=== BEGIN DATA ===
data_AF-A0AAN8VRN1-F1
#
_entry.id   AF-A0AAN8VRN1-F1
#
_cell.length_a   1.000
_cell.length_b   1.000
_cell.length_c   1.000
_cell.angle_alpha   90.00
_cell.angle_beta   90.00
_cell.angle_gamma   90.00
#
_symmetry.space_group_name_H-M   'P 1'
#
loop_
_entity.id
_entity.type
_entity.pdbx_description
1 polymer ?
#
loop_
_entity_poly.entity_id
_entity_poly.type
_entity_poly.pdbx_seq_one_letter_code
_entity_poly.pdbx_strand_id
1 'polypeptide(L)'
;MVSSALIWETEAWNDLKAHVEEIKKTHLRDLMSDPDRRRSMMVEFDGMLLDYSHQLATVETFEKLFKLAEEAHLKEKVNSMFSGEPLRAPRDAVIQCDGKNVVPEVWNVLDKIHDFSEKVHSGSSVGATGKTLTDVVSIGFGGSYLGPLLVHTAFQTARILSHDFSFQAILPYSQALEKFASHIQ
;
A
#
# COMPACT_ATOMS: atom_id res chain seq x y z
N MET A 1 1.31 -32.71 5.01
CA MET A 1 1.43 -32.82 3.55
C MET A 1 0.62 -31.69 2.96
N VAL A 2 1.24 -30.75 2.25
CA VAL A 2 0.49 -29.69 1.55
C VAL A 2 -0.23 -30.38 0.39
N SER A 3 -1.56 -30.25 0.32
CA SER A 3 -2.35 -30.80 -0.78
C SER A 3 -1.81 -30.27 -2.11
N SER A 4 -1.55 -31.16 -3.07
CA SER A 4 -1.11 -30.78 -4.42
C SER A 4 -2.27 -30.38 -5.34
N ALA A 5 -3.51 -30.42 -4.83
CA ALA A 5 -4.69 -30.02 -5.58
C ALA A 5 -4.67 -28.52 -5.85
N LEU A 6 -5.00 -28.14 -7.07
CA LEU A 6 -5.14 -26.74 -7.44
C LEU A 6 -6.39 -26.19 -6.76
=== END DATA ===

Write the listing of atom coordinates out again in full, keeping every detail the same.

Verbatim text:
data_AF-A0AAN8VRN1-F1
#
_entry.id   AF-A0AAN8VRN1-F1
#
_cell.length_a   1.000
_cell.length_b   1.000
_cell.length_c   1.000
_cell.angle_alpha   90.00
_cell.angle_beta   90.00
_cell.angle_gamma   90.00
#
_symmetry.space_group_name_H-M   'P 1'
#
loop_
_entity.id
_entity.type
_entity.pdbx_description
1 polymer ?
#
loop_
_entity_poly.entity_id
_entity_poly.type
_entity_poly.pdbx_seq_one_letter_code
_entity_poly.pdbx_strand_id
1 'polypeptide(L)'
;MVSSALIWETEAWNDLKAHVEEIKKTHLRDLMSDPDRRRSMMVEFDGMLLDYSHQLATVETFEKLFKLAEEAHLKEKVNSMFSGEPLRAPRDAVIQCDGKNVVPEVWNVLDKIHDFSEKVHSGSSVGATGKTLTDVVSIGFGGSYLGPLLVHTAFQTARILSHDFSFQAILPYSQALEKFASHIQ
;
A
#
# COMPACT_ATOMS: atom_id res chain seq x y z
N MET A 1 1.31 -32.71 5.01
CA MET A 1 1.43 -32.82 3.55
C MET A 1 0.62 -31.69 2.96
N VAL A 2 1.24 -30.75 2.25
CA VAL A 2 0.49 -29.69 1.55
C VAL A 2 -0.23 -30.38 0.39
N SER A 3 -1.56 -30.25 0.32
CA SER A 3 -2.35 -30.80 -0.78
C SER A 3 -1.81 -30.27 -2.11
N SER A 4 -1.55 -31.16 -3.07
CA SER A 4 -1.11 -30.78 -4.42
C SER A 4 -2.27 -30.38 -5.34
N ALA A 5 -3.51 -30.42 -4.83
CA ALA A 5 -4.69 -30.02 -5.58
C ALA A 5 -4.67 -28.52 -5.85
N LEU A 6 -5.00 -28.14 -7.07
CA LEU A 6 -5.14 -26.74 -7.44
C LEU A 6 -6.39 -26.19 -6.76